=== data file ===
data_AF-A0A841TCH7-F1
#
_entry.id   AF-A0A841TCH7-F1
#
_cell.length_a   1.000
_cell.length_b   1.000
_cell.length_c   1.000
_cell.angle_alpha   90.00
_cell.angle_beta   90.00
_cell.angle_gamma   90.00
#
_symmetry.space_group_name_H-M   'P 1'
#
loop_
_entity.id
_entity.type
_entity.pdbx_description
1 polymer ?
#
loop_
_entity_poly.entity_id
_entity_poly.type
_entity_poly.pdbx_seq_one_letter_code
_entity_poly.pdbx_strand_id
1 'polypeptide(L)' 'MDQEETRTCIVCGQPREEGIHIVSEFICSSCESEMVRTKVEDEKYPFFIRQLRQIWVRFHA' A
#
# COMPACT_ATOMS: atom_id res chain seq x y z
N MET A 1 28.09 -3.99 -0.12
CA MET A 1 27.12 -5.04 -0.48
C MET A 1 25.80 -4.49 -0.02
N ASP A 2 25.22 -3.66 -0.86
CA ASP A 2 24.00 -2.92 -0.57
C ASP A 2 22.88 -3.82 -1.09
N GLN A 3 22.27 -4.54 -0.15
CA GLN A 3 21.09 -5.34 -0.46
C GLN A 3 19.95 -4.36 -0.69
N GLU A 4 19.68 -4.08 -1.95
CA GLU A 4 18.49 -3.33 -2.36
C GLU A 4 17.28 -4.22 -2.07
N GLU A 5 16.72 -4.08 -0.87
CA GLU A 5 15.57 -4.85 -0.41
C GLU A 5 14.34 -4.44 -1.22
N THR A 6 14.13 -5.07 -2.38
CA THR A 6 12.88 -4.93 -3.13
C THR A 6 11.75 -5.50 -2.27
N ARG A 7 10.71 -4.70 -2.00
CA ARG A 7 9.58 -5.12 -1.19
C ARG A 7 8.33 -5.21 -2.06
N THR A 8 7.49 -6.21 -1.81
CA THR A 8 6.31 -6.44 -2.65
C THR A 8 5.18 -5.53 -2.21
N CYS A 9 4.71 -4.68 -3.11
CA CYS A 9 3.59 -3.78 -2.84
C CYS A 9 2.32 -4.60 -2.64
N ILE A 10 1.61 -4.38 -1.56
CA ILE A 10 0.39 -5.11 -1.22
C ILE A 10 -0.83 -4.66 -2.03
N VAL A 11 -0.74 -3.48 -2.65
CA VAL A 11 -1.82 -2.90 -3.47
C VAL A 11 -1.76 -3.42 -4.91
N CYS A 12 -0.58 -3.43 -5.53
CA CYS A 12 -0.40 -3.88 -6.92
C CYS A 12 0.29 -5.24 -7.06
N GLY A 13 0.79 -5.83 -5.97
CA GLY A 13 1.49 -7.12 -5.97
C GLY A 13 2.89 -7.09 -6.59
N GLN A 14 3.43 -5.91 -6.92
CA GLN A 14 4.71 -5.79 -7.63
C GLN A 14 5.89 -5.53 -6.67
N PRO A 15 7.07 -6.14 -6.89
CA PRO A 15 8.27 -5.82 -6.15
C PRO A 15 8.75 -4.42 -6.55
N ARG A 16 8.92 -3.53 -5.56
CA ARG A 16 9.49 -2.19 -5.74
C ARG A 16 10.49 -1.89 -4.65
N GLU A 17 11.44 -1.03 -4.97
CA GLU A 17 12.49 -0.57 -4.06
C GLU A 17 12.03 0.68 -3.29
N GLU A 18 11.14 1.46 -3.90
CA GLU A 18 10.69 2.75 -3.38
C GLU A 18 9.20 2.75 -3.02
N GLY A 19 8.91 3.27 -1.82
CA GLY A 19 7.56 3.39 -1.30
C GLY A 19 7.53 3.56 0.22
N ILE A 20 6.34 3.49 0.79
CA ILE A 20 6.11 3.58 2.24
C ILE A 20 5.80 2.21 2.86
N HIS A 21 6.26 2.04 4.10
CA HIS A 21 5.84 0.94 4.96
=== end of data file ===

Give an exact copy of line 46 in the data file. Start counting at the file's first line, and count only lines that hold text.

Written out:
N ARG A 7 10.71 -4.70 -2.00